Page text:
Meaning Falls Apart

Anagrammatical Blackness and Memorialization at the Museum


  • Bradley Hinger Department of Geography, The Pennsylvania State University


Memorialization, racism, whiteness, Cincinnati, museum


This paper uses Christina Sharpe’s concept of “anagramatical blackness” to explore the National Underground Railroad Freedom Center as an example of what I will term the anagramatical landscape. Sharpe writes that Blackness anagramatically shifts the meaning of people, places, and things. The Freedom Center is a museum located in Cincinnati, Ohio dedicated to telling the story of American slavery as well as other stories of civil and human rights. I examine the Freedom Center as more than a museum, but also as a memorial because of its geographic location along the boundary between the American North and South as well as its situation within the wider American geographic imagination as a site of “National” history telling. Content analysis of TripAdvisor reviews by visitors shows that these people struggle with their preconceived notions about what stories are being told as well as for who they are being told. Using Sharpe’s idea that when words come up against Blackness, their meanings shift, I look at the Freedom Center as an anagramatical space that white reviewers fear they may not have access to because of its focus on the story of Black people resisting against white supremacy.  It is only when they reposition whiteness within the narrative or, as Sharpe writes, “redact” blackness, and decode the memorial landscape through epistemological whiteness, that this space becomes comprehensible. Through the use of this framework, I take the National Underground Railroad Freedom Center as an example of how geographers might expand upon the idea of the anagramatical landscape to understand opposition to memorial work that centers Black lives.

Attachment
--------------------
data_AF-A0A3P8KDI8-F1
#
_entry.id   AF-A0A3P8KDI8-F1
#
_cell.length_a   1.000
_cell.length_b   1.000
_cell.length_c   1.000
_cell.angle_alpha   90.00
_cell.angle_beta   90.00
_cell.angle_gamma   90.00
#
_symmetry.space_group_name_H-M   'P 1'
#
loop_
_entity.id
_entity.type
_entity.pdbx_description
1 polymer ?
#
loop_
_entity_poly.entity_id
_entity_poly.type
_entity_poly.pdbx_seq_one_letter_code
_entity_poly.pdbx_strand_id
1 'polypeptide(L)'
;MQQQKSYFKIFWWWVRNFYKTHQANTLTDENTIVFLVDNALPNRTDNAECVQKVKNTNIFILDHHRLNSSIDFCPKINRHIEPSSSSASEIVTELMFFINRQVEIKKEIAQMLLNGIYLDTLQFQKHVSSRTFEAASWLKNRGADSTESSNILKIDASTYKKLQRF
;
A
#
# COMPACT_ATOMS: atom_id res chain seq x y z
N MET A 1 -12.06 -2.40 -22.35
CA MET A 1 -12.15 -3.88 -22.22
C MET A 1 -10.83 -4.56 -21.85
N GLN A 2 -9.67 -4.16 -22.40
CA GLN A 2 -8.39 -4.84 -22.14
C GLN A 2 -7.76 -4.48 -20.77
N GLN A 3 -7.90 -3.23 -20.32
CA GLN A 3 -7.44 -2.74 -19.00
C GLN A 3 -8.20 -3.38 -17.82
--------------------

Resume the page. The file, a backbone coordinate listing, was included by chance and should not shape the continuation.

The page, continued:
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How to Cite

Hinger, B. (2022). Meaning Falls Apart: Anagrammatical Blackness and Memorialization at the Museum. ACME: An International Journal for Critical Geographies, 21(5), 502–519. Retrieved from



Special Issue - Monumentality, Memoryscapes, and the Politics of Place